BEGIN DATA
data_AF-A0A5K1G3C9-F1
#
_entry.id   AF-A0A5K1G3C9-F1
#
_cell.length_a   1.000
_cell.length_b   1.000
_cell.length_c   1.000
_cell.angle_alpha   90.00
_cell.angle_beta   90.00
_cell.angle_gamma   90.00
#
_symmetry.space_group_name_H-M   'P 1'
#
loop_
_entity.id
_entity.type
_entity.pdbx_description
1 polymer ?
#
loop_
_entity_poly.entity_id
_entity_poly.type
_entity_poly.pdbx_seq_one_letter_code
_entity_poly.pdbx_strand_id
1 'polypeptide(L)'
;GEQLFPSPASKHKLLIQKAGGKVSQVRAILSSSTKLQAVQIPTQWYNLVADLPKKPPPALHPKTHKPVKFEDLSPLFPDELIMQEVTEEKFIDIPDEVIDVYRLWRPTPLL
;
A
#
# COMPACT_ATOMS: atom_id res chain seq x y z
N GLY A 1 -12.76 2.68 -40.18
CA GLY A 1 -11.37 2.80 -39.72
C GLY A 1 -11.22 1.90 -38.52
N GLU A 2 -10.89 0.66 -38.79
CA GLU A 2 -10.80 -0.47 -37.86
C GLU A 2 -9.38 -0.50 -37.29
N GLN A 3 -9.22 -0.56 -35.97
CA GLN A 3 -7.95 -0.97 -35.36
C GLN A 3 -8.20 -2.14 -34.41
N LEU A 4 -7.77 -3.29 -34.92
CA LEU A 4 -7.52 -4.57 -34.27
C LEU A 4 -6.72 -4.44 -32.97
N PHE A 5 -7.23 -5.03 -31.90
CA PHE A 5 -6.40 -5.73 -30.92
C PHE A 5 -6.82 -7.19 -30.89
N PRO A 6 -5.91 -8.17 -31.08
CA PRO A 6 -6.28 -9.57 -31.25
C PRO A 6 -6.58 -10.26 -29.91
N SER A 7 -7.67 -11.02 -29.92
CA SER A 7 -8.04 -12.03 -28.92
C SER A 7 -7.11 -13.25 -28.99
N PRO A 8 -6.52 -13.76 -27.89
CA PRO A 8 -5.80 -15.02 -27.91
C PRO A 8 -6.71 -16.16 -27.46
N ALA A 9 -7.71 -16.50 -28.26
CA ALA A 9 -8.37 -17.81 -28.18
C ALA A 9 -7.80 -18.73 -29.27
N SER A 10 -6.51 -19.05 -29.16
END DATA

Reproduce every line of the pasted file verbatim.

data_AF-A0A5K1G3C9-F1
#
_entry.id   AF-A0A5K1G3C9-F1
#
_cell.length_a   1.000
_cell.length_b   1.000
_cell.length_c   1.000
_cell.angle_alpha   90.00
_cell.angle_beta   90.00
_cell.angle_gamma   90.00
#
_symmetry.space_group_name_H-M   'P 1'
#
loop_
_entity.id
_entity.type
_entity.pdbx_description
1 polymer ?
#
loop_
_entity_poly.entity_id
_entity_poly.type
_entity_poly.pdbx_seq_one_letter_code
_entity_poly.pdbx_strand_id
1 'polypeptide(L)'
;GEQLFPSPASKHKLLIQKAGGKVSQVRAILSSSTKLQAVQIPTQWYNLVADLPKKPPPALHPKTHKPVKFEDLSPLFPDELIMQEVTEEKFIDIPDEVIDVYRLWRPTPLL
;
A
#
# COMPACT_ATOMS: atom_id res chain seq x y z
N GLY A 1 -12.76 2.68 -40.18
CA GLY A 1 -11.37 2.80 -39.72
C GLY A 1 -11.22 1.90 -38.52
N GLU A 2 -10.89 0.66 -38.79
CA GLU A 2 -10.80 -0.47 -37.86
C GLU A 2 -9.38 -0.50 -37.29
N GLN A 3 -9.22 -0.56 -35.97
CA GLN A 3 -7.95 -0.97 -35.36
C GLN A 3 -8.20 -2.14 -34.41
N LEU A 4 -7.77 -3.29 -34.92
CA LEU A 4 -7.52 -4.57 -34.27
C LEU A 4 -6.72 -4.44 -32.97
N PHE A 5 -7.23 -5.03 -31.90
CA PHE A 5 -6.40 -5.73 -30.92
C PHE A 5 -6.82 -7.19 -30.89
N PRO A 6 -5.91 -8.17 -31.08
CA PRO A 6 -6.28 -9.57 -31.25
C PRO A 6 -6.58 -10.26 -29.91
N SER A 7 -7.67 -11.02 -29.92
CA SER A 7 -8.04 -12.03 -28.92
C SER A 7 -7.11 -13.25 -28.99
N PRO A 8 -6.52 -13.76 -27.89
CA PRO A 8 -5.80 -15.02 -27.91
C PRO A 8 -6.71 -16.16 -27.46
N ALA A 9 -7.71 -16.50 -28.26
CA ALA A 9 -8.37 -17.81 -28.18
C ALA A 9 -7.80 -18.73 -29.27
N SER A 10 -6.51 -19.05 -29.16